UTMA accounts aren’t tax-exempt, so you’ll need to file taxes each year on income on the UTMA. Earnings need to be reported either on the child’s tax return at a lower tax rate or on the parents’ tax return at their rate. Consult your accountant about your situation.
Types of assets
You can transfer nearly any type of asset to a UTMA account for a child. Assets include real estate, intellectual property, works of art, stocks, bonds, mutual funds, annuities, insurance policies, cash, and other assets. One of the main advantages of a UTMA account is that family heirlooms, property, stocks, fine art, valuable jewelry, and other assets can be easily transferred to a UTMA account.
Closing a UTMA account
Once the child reaches the age of majority, they can transfer or use the funds and close the UTMA account. However, after setting up the UTMA account, parents don’t have the option of closing a UTMA account. How do you close out a UTMA account? You can’t until the child reaches the age of majority when they can do whatever they want with the funds.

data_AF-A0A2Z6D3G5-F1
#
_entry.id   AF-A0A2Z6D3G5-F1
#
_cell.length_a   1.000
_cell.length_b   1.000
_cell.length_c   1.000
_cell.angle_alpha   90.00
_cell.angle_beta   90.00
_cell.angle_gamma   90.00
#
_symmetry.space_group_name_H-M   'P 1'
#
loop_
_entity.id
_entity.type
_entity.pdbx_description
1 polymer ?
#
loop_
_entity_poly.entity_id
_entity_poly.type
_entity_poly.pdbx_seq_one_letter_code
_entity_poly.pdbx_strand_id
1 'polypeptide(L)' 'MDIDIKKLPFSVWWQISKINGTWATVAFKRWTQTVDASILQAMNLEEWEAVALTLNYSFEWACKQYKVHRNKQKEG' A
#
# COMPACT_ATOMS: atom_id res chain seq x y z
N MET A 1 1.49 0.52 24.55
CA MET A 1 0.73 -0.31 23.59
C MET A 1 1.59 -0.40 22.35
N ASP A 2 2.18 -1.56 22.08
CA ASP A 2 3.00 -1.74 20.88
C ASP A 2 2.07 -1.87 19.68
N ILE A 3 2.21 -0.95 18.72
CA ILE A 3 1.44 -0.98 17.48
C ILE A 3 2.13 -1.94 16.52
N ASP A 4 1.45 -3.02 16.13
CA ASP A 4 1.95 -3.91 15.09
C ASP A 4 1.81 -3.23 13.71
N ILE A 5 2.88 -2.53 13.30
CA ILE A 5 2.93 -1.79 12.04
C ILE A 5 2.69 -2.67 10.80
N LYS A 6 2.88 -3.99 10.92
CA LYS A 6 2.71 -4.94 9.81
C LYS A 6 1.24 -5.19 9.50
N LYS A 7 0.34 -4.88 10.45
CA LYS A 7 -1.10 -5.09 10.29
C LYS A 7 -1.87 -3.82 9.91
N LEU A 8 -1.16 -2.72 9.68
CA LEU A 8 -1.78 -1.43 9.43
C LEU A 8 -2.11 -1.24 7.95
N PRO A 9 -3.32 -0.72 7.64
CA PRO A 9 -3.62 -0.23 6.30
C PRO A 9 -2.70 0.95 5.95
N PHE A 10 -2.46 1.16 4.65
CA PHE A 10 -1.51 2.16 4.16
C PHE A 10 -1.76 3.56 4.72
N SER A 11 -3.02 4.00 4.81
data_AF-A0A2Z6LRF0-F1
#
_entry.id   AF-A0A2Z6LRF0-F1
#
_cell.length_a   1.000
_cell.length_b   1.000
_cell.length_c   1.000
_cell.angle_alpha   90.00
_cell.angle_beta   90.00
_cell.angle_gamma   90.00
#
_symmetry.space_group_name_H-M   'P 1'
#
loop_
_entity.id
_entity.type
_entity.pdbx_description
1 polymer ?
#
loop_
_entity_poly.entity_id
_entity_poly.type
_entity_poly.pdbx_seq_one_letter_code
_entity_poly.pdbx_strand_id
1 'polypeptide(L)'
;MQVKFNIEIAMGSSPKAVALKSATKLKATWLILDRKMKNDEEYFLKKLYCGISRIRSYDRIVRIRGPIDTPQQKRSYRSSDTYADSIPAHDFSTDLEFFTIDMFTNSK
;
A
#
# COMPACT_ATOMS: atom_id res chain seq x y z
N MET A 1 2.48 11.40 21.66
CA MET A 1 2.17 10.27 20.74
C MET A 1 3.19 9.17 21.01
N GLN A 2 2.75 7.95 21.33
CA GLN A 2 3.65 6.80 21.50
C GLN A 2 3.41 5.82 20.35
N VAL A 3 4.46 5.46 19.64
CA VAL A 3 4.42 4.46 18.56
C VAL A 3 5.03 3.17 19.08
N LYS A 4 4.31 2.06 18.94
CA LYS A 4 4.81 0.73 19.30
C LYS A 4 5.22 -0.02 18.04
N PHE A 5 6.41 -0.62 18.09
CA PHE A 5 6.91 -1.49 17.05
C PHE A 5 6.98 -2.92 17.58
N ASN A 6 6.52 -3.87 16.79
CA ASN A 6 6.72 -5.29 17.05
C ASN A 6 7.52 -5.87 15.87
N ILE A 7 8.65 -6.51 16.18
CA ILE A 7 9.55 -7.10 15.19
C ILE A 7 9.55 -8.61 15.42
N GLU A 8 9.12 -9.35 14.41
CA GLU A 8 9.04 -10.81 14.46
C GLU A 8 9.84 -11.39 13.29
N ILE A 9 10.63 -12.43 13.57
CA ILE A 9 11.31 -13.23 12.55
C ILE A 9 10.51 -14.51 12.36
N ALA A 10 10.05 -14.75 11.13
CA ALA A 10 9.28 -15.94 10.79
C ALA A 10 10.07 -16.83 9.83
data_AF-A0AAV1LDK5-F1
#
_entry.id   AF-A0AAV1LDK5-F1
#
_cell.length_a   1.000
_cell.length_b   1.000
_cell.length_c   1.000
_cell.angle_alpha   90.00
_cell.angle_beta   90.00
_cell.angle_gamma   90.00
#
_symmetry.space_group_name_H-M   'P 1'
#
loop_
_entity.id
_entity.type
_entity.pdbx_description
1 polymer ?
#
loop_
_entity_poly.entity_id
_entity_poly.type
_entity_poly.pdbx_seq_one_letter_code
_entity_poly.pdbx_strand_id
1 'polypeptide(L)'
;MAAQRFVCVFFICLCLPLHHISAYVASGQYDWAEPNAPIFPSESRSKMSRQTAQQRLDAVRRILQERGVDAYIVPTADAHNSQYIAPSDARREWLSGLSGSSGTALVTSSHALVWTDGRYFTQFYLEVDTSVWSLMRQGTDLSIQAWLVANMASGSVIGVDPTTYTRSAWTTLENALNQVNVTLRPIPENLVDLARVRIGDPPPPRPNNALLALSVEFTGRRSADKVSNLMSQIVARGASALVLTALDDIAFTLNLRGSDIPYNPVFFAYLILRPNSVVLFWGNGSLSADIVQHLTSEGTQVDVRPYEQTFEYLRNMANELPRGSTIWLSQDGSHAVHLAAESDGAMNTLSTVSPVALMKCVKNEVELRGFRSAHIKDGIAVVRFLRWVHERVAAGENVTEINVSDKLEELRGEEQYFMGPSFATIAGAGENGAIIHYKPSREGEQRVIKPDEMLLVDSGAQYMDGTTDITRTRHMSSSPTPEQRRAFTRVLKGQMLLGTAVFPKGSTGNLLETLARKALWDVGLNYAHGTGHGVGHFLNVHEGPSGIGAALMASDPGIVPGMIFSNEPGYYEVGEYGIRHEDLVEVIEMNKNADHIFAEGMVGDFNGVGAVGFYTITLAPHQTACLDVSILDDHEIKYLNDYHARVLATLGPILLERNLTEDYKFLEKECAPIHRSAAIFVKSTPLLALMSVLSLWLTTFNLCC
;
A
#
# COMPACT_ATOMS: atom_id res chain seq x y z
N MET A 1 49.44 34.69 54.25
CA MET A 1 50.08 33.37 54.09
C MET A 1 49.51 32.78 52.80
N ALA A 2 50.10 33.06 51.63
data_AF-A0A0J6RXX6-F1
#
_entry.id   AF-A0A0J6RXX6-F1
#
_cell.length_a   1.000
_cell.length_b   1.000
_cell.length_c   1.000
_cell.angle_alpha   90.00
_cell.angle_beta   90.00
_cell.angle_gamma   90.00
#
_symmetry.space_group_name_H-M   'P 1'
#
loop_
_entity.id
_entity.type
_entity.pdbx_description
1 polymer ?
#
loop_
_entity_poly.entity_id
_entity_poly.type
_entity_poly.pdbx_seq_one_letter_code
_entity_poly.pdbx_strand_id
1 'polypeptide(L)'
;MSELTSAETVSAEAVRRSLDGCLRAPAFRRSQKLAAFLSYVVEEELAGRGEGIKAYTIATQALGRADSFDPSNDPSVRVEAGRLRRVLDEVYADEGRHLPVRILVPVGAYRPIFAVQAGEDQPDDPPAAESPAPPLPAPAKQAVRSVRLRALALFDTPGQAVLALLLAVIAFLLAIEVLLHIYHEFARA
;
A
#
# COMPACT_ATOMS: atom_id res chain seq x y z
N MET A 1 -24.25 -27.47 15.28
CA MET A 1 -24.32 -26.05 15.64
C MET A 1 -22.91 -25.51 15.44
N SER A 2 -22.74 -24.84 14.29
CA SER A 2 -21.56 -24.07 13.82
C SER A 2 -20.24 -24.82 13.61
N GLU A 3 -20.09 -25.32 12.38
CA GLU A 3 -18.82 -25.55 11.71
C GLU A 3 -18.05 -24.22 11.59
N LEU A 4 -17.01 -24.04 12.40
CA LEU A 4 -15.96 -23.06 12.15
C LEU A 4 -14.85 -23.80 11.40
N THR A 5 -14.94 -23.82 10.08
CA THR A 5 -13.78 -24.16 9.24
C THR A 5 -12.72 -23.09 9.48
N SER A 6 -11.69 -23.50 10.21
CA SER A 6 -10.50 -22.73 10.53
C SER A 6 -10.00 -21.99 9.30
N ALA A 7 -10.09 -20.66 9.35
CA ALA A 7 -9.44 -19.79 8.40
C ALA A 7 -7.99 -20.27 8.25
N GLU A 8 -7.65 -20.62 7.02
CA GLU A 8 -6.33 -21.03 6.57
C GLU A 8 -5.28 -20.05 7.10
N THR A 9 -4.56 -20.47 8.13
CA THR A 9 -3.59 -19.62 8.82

Transfers to a UTMA account are irrevocable. From the moment the transfer is finalized, the assets held in a UTMA account belong to the minor whose name is on the account.
If the parents need to use those funds at any point in the future, they will not be available to them. When the minor reaches the age of majority, they can legally do whatever they want with those funds.
A UTMA account may affect a minor’s eligibility for need-based college financial aid. While this factor may not be a deciding factor in whether or not you start a UTMA account for your child, it can affect the financial assistance prospects in your child’s future.